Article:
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Pregnancy Issues And Exercise, Part 2

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You can certainly do resistance and cardio training during your pregnancy, but you should wait until after the pregnancy to make significant improvements in fitness levels.

Weight Gain During Pregnancy

In general, the amount of weight you should gain during your pregnancy depends on your weight prior to becoming pregnant. Excess weight gain and failure to lose this weight six months postpartum are predictors of long-term obesity.

Weight Gain Norms during Pregnancy

If you are at a normal weight prior to pregnancy: gain 25-32 lbs.

If you are overweight prior to pregnancy: gain 15 lbs.
If you are underweight prior to pregnancy: gain 40 lbs.

Exercise Risks For Pregnant Women

Physician approval for exercise is always required for pregnant women. Risks for the mothers include:

1. hypoglycemia (low blood sugar),
2. fatigue and
3. musculoskeletal injuries.

The baby is at risk for:

1. hyperthermia (overheating) and
2. decreased uterine blood flow.

You should stop exercising before fatigue sets in and follow the recommended guidelines for exercise mode, frequency, intensity, and duration. Should any of the following warning signs occur, stop exercising immediately and consult your physician.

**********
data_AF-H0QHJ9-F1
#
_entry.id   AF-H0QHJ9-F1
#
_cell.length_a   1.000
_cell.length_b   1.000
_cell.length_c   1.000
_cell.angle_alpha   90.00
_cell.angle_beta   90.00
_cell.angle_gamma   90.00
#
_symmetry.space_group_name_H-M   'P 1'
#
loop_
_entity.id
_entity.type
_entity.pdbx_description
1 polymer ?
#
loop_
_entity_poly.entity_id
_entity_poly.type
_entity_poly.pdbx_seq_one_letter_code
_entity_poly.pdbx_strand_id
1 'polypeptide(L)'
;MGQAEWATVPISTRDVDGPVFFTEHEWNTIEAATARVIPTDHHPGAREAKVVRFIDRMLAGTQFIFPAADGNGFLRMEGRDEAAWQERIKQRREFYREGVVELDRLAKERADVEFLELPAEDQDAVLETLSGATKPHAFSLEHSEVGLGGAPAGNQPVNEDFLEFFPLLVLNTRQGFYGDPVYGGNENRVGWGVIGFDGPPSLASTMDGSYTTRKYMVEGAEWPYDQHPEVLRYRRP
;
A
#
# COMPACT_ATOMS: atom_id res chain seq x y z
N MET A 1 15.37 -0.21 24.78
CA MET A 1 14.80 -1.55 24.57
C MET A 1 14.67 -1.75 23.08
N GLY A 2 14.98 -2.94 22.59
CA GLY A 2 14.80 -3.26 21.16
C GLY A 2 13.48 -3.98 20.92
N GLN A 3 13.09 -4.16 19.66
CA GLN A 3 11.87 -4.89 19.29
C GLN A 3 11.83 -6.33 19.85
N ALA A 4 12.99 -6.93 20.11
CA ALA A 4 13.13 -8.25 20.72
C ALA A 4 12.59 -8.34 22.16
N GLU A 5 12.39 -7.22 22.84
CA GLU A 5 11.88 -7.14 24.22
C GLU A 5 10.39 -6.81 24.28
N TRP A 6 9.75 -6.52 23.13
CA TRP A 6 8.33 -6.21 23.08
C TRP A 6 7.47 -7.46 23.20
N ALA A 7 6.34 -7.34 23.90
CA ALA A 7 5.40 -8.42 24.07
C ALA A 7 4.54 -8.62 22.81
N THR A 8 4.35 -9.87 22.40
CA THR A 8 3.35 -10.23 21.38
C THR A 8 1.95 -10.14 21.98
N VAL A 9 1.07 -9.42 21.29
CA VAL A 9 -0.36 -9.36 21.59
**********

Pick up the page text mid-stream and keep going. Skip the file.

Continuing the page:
Exercise warning signs during pregnancy include:

1. vaginal bleeding
2. muscle weakness
3. shortness of breath prior to exercise
4. calf pain or swelling
5. dizziness
6. pre-term Labor
7. headache
8. decreased fetal movement
9. chest pain
10. amniotic fluid leakage

Some pregnant women should not exercise. Women with cardiac disease or restrictive lung disease may not be able to exercise. Pregnancy-induced hypertension, cervix problems, second and third trimester bleeding, and premature rupture of membranes are conditions that will make exercise inappropriate.

Exercise Modes

Walking, stationary cycling, and swimming are popular exercise modes for pregnant women. Women who were participating in resistance training (including bodyweight exercises) prior to pregnancy should continue to do so.

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We value and respect our HERWriters' experiences, but everyone is different. Many of our writers are speaking from personal experience, and what's worked for them may not work for you. Their articles are not a substitute for medical advice, although we hope you can gain knowledge from their insight.


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